How does stress affect diabetes?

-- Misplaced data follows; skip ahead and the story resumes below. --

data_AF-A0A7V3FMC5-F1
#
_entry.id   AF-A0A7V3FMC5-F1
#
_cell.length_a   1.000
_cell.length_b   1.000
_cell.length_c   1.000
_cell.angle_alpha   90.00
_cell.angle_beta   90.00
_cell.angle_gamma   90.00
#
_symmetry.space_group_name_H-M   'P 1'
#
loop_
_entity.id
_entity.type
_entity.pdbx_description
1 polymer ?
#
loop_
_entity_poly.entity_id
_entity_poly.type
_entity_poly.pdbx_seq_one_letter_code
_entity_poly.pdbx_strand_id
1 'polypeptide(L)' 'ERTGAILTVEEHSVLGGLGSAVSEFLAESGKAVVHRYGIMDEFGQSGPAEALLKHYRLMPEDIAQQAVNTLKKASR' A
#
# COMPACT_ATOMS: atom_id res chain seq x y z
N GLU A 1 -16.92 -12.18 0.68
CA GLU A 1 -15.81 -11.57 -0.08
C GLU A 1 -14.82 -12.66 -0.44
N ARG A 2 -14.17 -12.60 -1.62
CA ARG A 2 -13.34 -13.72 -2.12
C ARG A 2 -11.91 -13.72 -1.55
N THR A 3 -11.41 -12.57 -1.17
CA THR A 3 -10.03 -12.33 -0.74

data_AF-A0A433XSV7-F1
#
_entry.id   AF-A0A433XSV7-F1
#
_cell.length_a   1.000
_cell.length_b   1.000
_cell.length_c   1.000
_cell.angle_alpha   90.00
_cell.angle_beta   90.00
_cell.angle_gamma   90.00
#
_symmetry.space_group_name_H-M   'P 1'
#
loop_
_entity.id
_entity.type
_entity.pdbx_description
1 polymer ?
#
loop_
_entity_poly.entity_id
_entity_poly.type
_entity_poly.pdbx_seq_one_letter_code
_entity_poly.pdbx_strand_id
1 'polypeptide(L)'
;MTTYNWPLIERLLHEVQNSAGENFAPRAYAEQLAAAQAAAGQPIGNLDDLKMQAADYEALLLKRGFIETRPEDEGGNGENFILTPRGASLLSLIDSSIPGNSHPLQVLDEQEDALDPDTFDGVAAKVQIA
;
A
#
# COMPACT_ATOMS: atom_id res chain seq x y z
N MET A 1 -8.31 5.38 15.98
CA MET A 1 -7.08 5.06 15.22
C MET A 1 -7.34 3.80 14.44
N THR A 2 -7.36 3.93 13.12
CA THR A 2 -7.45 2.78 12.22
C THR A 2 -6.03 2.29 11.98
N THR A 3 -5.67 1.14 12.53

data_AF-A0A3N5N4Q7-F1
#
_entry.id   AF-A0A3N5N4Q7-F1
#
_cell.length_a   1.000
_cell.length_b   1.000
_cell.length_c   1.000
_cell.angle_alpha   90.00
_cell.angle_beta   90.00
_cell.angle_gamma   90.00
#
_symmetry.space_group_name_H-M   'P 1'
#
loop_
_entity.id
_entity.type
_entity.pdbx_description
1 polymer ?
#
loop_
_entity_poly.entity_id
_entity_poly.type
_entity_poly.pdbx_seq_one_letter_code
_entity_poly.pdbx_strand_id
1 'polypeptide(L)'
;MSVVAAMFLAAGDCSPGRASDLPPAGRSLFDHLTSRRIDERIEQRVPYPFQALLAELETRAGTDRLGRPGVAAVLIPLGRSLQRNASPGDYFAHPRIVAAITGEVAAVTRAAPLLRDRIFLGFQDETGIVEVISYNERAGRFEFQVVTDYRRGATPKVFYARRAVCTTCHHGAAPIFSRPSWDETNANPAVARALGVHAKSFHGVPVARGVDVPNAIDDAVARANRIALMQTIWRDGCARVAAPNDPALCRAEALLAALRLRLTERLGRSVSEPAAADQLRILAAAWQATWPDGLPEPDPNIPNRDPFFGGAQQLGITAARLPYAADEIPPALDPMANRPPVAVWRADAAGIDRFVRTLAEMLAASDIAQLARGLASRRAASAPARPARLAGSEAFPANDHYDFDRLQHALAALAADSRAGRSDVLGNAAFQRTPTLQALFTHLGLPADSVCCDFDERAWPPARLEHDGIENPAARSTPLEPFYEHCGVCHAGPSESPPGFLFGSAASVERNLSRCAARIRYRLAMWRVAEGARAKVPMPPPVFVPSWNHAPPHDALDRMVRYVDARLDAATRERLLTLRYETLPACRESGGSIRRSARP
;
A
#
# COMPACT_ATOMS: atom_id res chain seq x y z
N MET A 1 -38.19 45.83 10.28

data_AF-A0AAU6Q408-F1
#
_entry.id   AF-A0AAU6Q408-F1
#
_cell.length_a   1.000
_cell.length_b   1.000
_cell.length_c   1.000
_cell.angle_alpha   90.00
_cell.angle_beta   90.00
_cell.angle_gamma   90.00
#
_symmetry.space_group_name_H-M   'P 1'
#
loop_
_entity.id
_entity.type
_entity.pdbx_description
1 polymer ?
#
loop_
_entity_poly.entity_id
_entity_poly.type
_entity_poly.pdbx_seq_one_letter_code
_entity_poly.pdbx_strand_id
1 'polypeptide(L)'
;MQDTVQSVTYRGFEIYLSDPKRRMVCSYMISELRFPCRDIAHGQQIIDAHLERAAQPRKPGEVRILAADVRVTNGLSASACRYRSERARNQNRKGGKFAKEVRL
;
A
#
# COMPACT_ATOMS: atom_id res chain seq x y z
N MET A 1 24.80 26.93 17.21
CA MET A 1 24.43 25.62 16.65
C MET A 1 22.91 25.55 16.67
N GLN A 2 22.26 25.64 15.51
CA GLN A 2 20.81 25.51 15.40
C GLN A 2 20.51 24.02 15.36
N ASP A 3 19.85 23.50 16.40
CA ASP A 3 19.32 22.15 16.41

When it comes to stress, there’s good news and bad news. The bad news is that stress is unavoidable, especially in today’s fast-paced society. Whether it’s something small like taking a test or a larger event, such as getting a divorce, stress affects everybody. When you have diabetes, you may find this tension is affecting your blood glucose levels. The good news is that stress is manageable, often with small lifestyle changes. Read on for helpful tips on how to control your sugars under high stress and steps you can take to stop sweating the small stuff. How does stress affect diabetes? When you’re in a stressful situation, your body releases hormones that prepare you to either face the stressor or run away. (Think fight or flight response.) Your body can’t fight or flee when sugars are too low. As a result, stress hormones can cause your blood glucose to rise. Stress can also plays an important role in diabetes management. People who under a time-crunch may skip their regular trips to the gym and stop monitoring their blood sugar levels. When stress levels get too high, some people may try to cope with unhealthy habits such as smoking, drinking, and binge eating. A little stress every now and then is normal, even healthy. But those who are constantly worried or on-edge may suffer from prolonged high blood sugar. According to WebMD, blood sugar levels that are too high for too long can lead several complications. These include blindness, kidney problems, cardiovascular complications, and nerve damage. How to cope with stress “Coping” is the term used to describe ways people learn to deal with stress. One healthy way to cope with stress is by working to improve the stressful situation. For example, if traffic jams during your morning commute make your blood boil, try leaving for work a few minutes early. Or, try taking a new route that has fewer stoplights and less crowded streets. Adjusting your attitude is another healthy way you can learn to cope with everyday stress. According to the Mayo Clinic, people who think positive thoughts live longer and have stronger immune systems. They are also less at-risk for developing conditions such as heart disease and high blood pressure. The next time the highway is at a dead stop on your way to work, take a deep breath, smile, and think happy thoughts. The traffic will move again soon, your car wasn’t involved in an accident, and now you have more time to listen to the radio. Finally, making an effort to keep up healthy habits can keep stress levels at bay and your blood sugar levels closer to a healthy range. Swamped with homework? Instead of skipping your entire workout, go for a short, 15-minute walk. If you’re craving sweet and salty snacks, reach for nuts and a piece of fruit instead of chips and ice cream. A good night’s sleep can also help reduce stress by improving your mood and lowering your blood sugar. After the recommended 7-8 hours of shut-eye, you may also find that you see your problems in a new light. Photo courtesy of Becky Wetherington on Flickr